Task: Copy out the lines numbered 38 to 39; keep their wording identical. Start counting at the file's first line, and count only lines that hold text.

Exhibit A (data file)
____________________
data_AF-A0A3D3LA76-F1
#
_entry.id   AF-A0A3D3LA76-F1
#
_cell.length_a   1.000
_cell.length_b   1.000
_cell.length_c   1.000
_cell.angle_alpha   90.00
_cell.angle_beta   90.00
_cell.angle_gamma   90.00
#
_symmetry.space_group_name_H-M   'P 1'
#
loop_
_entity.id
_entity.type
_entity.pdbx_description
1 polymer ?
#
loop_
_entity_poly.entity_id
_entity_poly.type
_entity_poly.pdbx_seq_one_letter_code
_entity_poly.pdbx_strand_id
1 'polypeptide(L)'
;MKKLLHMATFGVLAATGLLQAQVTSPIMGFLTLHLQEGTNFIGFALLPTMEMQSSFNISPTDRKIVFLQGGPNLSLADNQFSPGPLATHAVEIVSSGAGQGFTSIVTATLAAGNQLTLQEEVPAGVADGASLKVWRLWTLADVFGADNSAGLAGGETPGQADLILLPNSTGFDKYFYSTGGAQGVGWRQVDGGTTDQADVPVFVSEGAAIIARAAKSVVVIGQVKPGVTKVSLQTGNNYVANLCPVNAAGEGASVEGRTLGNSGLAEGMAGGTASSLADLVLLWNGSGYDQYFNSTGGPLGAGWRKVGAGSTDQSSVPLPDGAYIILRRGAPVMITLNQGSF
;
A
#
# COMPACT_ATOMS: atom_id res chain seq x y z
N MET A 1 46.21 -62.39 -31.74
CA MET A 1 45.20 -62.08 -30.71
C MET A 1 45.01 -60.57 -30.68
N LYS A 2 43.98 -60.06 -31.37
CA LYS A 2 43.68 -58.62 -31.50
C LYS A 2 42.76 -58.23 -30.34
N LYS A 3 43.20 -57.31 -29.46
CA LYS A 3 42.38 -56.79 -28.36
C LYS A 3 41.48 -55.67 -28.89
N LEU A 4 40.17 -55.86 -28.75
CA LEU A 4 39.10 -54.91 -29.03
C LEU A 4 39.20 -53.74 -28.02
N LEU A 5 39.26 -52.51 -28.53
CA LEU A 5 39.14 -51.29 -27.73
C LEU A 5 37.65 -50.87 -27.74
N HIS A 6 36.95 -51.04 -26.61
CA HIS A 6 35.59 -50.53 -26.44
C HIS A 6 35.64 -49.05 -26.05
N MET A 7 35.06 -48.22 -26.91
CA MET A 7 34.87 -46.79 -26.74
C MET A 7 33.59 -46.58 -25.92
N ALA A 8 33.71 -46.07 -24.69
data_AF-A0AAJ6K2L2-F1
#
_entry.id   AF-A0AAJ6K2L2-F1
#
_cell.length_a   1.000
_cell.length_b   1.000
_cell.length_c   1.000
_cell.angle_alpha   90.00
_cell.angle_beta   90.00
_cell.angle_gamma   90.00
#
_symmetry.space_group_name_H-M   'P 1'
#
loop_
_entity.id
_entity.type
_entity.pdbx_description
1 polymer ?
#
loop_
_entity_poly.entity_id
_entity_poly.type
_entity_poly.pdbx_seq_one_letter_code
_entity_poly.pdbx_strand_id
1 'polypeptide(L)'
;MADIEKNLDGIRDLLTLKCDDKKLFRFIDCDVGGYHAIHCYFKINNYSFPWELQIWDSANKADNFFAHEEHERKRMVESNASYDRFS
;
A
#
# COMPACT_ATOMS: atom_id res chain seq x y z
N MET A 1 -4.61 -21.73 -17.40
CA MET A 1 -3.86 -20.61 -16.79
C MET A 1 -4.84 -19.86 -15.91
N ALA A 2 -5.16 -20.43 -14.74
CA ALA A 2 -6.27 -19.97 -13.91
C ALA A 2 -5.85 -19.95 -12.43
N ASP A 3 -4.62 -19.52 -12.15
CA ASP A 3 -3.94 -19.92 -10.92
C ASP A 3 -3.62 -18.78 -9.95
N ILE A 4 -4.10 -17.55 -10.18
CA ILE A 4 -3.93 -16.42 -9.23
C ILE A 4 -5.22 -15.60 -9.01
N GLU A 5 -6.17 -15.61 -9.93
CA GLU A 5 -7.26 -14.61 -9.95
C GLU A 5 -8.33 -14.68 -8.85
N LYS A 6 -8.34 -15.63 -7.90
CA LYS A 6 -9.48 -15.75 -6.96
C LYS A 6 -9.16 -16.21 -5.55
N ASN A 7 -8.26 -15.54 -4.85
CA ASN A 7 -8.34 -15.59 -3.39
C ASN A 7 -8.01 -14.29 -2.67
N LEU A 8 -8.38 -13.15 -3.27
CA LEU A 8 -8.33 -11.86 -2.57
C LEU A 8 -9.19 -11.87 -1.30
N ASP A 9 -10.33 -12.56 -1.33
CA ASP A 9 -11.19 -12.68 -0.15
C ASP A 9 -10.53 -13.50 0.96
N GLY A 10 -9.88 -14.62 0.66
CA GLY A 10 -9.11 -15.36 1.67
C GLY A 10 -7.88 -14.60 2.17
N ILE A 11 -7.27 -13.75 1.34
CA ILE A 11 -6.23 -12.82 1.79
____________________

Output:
CA LYS A 3 42.38 -56.79 -28.36
C LYS A 3 41.48 -55.67 -28.89